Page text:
Hi Arlen,

nice to hear from you again (thanks for fixing my image linking problems a 
while back over on github :) ).

Since there was no answer that could help me up until you came I finally 
had a good reason to overcome my own weaker self and start to dig into TW 
code for real. As I am quite confident in JS but was just to lazy to ever 
bother before I quickly came to the conclusion that the changes I would 
have to implement are less dramatic than I expected. As the tiddlyweb 
adaptor already uses the "bag" field but only fills it with "default", 
changing this behavior to make the field contain the actual wiki name 
should be an easy task. I just started setting up a dev environment the 
other day but was not able to write any code just yet.

I think one has to fix the server command as well as it defaults to the 
"default" route and just needs to use the value from bag to determine the 
correct target wiki.

Other than that I did not find any problems that surfaced on my first look. 
It would be fine for me if the plugins are just forwarded to the browser as 
all the real work happens there.

Side note: I thought about writing a SQLite adaptor some time if my setup 
grows as I can imagine this would speed up things quite a lot and make 
backups easier since all wikis would be just tables within one database. 
The only problem I saw just yet is the fact that the Node server seems to 
cache the tiddlers - otherwise mult-user wikis would be a breeze as Node 
could be completely agnostic of anything and just serve the tiddlers from 
the database. But I think this is a topic for a different day.

If you need any help in implementing the changes, I would be willing to 
throw in a hand.

Cheers,
Tristan

On Tuesday, February 13, 2018 at 4:38:03 PM UTC+1, Arlen Beiler wrote:
>
> I came across this thread this evening. I like hearing that someone else 
> besides me has grappled with this problem. You in using TiddlyServer, and I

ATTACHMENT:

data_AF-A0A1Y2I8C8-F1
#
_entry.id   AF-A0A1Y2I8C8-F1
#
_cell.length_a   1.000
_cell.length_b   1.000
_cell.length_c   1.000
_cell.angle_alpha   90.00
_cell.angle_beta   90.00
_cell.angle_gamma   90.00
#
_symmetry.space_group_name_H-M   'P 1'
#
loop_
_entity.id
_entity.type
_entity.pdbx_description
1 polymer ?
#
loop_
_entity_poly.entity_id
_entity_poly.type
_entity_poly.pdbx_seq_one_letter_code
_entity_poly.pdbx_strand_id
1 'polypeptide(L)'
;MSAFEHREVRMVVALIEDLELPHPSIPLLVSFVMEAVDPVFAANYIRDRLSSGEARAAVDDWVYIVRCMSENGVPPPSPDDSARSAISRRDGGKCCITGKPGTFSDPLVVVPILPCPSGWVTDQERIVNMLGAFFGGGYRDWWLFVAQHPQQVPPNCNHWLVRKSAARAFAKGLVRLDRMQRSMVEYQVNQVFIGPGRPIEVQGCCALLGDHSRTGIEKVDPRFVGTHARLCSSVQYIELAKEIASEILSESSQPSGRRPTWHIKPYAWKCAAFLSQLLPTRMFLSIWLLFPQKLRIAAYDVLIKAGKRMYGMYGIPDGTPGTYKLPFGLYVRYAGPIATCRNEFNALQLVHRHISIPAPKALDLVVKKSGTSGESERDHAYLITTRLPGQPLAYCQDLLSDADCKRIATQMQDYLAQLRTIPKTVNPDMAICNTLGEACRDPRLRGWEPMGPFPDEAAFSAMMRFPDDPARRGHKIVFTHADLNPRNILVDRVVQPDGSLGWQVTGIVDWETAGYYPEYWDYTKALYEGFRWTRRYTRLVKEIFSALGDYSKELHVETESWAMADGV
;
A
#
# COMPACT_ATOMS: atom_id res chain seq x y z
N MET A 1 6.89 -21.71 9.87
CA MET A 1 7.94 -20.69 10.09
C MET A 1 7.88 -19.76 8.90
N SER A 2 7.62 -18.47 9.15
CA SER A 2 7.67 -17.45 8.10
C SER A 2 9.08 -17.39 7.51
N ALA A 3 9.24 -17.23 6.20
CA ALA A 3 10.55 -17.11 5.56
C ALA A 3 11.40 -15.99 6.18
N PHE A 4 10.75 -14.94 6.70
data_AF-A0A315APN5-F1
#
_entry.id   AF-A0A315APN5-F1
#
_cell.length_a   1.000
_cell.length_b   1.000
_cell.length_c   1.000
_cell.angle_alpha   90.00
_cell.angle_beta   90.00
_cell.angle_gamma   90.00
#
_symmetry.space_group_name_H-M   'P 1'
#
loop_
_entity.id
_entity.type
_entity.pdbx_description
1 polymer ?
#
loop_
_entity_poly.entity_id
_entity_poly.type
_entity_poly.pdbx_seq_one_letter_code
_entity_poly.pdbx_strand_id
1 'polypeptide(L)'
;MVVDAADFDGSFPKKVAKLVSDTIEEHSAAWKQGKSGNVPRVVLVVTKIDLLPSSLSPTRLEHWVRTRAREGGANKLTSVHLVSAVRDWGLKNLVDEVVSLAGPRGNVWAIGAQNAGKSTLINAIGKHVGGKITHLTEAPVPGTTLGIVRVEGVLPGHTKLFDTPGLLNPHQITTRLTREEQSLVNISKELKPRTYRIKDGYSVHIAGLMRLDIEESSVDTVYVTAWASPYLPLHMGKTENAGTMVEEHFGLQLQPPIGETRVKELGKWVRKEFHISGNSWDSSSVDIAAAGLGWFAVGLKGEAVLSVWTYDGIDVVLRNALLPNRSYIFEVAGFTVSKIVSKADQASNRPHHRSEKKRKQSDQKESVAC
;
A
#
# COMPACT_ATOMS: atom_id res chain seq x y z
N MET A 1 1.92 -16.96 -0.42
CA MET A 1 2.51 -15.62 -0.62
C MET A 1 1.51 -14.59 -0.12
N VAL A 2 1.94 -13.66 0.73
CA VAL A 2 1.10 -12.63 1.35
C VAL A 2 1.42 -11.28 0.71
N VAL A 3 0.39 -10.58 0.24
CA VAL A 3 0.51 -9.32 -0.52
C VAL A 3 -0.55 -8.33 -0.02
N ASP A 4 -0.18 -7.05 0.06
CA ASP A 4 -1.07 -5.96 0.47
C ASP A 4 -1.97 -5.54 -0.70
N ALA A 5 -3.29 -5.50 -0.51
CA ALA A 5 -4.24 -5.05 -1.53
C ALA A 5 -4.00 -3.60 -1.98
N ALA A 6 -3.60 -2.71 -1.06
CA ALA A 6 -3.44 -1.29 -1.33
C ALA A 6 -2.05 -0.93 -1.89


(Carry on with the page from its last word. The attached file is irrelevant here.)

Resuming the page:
> in developing it. 
>
> This is exactly the problem that I predicted would happen, but I did not 
> expect it would show up in real-world use, as I did not really think anyone 
> would have 50 wikis! I should have known to trust my instincts :)
>
> The problem is caused in part by the way Tiddlywiki data folders are 
> setup. Each folder must be in its own Tiddlywiki environment. So every wiki 
> loads the same code files from disk and executes them. All in the same Node 
> process, but still all separate objects.
>
> I could create a new type of connecter that would serve the folder 
> directly to the client along with the required plugins and core. When a 
> data folder would be opened it would serve a loader which would load the 
> core and the specified plugins directly into the browser and then sync 
> changes back to the server. 
>
> In my mind this should be a fairly easy route to follow. The loader could 
> be generated on the fly so the page loads fairly quickly and also so it 
> works with the browser cache. I have wanted to implement this in many 
> scenarios and it seems like it is becoming more realistic and necessary.
>
> Thoughts, anyone? Does it matter if plugins in a data folder get loaded 
> directly to the browser? It shouldn't, I don't think. Especially with the 
> current template for the server command in TiddlyServer, which is 
> $:/core/save/all.
>
> That's my two cents.
> Arlen
>
> On Feb 12, 2018 00:46, "Tristan Kohl" <kohlt...@gmail.com <javascript:>> 
> wrote:
>
>> Unfortunetely not, nohup just stops them from receiving the HUP signal 
>> when I terminate a ssh session. Nothing in terms of overhead due to loading 
>> a new Node instance running full TW for every wiki.
>>
>> On Sunday, February 11, 2018 at 1:54:37 PM UTC+1, TonyM wrote:
>>>
>>> Only a short response but on node instance with starting multiple wikis 
>>> with nohup xxxx & does that reduce overheads?
>>>
>>> Tony
>>>
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